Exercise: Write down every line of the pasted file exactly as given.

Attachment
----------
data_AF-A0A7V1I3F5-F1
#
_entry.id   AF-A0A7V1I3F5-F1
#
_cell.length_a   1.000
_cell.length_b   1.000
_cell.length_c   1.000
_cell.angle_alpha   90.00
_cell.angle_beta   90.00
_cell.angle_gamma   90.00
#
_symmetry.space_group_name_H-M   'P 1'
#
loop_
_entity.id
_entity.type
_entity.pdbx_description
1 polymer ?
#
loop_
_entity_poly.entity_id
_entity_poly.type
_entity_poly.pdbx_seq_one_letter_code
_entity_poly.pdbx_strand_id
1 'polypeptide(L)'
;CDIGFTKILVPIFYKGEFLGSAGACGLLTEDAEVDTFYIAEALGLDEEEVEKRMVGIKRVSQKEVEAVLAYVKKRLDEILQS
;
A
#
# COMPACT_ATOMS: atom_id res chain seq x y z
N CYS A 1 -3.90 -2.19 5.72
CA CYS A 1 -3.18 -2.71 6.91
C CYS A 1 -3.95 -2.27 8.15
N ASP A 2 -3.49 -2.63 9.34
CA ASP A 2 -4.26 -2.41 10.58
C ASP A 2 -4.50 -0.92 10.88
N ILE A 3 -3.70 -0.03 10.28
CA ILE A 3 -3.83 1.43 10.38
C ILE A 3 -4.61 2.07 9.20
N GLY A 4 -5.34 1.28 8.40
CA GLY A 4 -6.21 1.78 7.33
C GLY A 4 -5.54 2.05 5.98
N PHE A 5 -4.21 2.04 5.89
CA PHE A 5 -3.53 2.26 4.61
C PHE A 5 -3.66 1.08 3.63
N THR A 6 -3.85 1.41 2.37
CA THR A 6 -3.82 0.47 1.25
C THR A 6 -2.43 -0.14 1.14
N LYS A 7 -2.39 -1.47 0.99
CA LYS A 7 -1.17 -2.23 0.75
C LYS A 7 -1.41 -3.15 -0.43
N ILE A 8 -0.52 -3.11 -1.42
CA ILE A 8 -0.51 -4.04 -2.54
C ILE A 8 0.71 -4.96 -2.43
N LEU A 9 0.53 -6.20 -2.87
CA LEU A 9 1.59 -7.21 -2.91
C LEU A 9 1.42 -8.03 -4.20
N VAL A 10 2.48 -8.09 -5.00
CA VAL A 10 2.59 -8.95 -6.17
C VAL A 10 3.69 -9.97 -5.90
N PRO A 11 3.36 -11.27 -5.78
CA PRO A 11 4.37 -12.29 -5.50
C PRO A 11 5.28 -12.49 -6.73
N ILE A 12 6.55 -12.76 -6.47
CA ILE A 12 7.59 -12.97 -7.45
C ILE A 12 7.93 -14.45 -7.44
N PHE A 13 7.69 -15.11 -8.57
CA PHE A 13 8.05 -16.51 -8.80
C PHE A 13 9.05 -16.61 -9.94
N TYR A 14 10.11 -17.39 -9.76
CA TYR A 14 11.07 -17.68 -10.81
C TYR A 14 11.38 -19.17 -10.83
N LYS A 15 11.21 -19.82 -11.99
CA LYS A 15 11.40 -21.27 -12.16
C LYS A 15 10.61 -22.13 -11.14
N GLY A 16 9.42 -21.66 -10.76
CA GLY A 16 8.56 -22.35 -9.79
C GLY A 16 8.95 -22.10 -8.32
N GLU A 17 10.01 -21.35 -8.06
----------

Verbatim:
data_AF-A0A7V1I3F5-F1
#
_entry.id   AF-A0A7V1I3F5-F1
#
_cell.length_a   1.000
_cell.length_b   1.000
_cell.length_c   1.000
_cell.angle_alpha   90.00
_cell.angle_beta   90.00
_cell.angle_gamma   90.00
#
_symmetry.space_group_name_H-M   'P 1'
#
loop_
_entity.id
_entity.type
_entity.pdbx_description
1 polymer ?
#
loop_
_entity_poly.entity_id
_entity_poly.type
_entity_poly.pdbx_seq_one_letter_code
_entity_poly.pdbx_strand_id
1 'polypeptide(L)'
;CDIGFTKILVPIFYKGEFLGSAGACGLLTEDAEVDTFYIAEALGLDEEEVEKRMVGIKRVSQKEVEAVLAYVKKRLDEILQS
;
A
#
# COMPACT_ATOMS: atom_id res chain seq x y z
N CYS A 1 -3.90 -2.19 5.72
CA CYS A 1 -3.18 -2.71 6.91
C CYS A 1 -3.95 -2.27 8.15
N ASP A 2 -3.49 -2.63 9.34
CA ASP A 2 -4.26 -2.41 10.58
C ASP A 2 -4.50 -0.92 10.88
N ILE A 3 -3.70 -0.03 10.28
CA ILE A 3 -3.83 1.43 10.38
C ILE A 3 -4.61 2.07 9.20
N GLY A 4 -5.34 1.28 8.40
CA GLY A 4 -6.21 1.78 7.33
C GLY A 4 -5.54 2.05 5.98
N PHE A 5 -4.21 2.04 5.89
CA PHE A 5 -3.53 2.26 4.61
C PHE A 5 -3.66 1.08 3.63
N THR A 6 -3.85 1.41 2.37
CA THR A 6 -3.82 0.47 1.25
C THR A 6 -2.43 -0.14 1.14
N LYS A 7 -2.39 -1.47 0.99
CA LYS A 7 -1.17 -2.23 0.75
C LYS A 7 -1.41 -3.15 -0.43
N ILE A 8 -0.52 -3.11 -1.42
CA ILE A 8 -0.51 -4.04 -2.54
C ILE A 8 0.71 -4.96 -2.43
N LEU A 9 0.53 -6.20 -2.87
CA LEU A 9 1.59 -7.21 -2.91
C LEU A 9 1.42 -8.03 -4.20
N VAL A 10 2.48 -8.09 -5.00
CA VAL A 10 2.59 -8.95 -6.17
C VAL A 10 3.69 -9.97 -5.90
N PRO A 11 3.36 -11.27 -5.78
CA PRO A 11 4.37 -12.29 -5.50
C PRO A 11 5.28 -12.49 -6.73
N ILE A 12 6.55 -12.76 -6.47
CA ILE A 12 7.59 -12.97 -7.45
C ILE A 12 7.93 -14.45 -7.44
N PHE A 13 7.69 -15.11 -8.57
CA PHE A 13 8.05 -16.51 -8.80
C PHE A 13 9.05 -16.61 -9.94
N TYR A 14 10.11 -17.39 -9.76
CA TYR A 14 11.07 -17.68 -10.81
C TYR A 14 11.38 -19.17 -10.83
N LYS A 15 11.21 -19.82 -11.99
CA LYS A 15 11.40 -21.27 -12.16
C LYS A 15 10.61 -22.13 -11.14
N GLY A 16 9.42 -21.66 -10.76
CA GLY A 16 8.56 -22.35 -9.79
C GLY A 16 8.95 -22.10 -8.32
N GLU A 17 10.01 -21.35 -8.06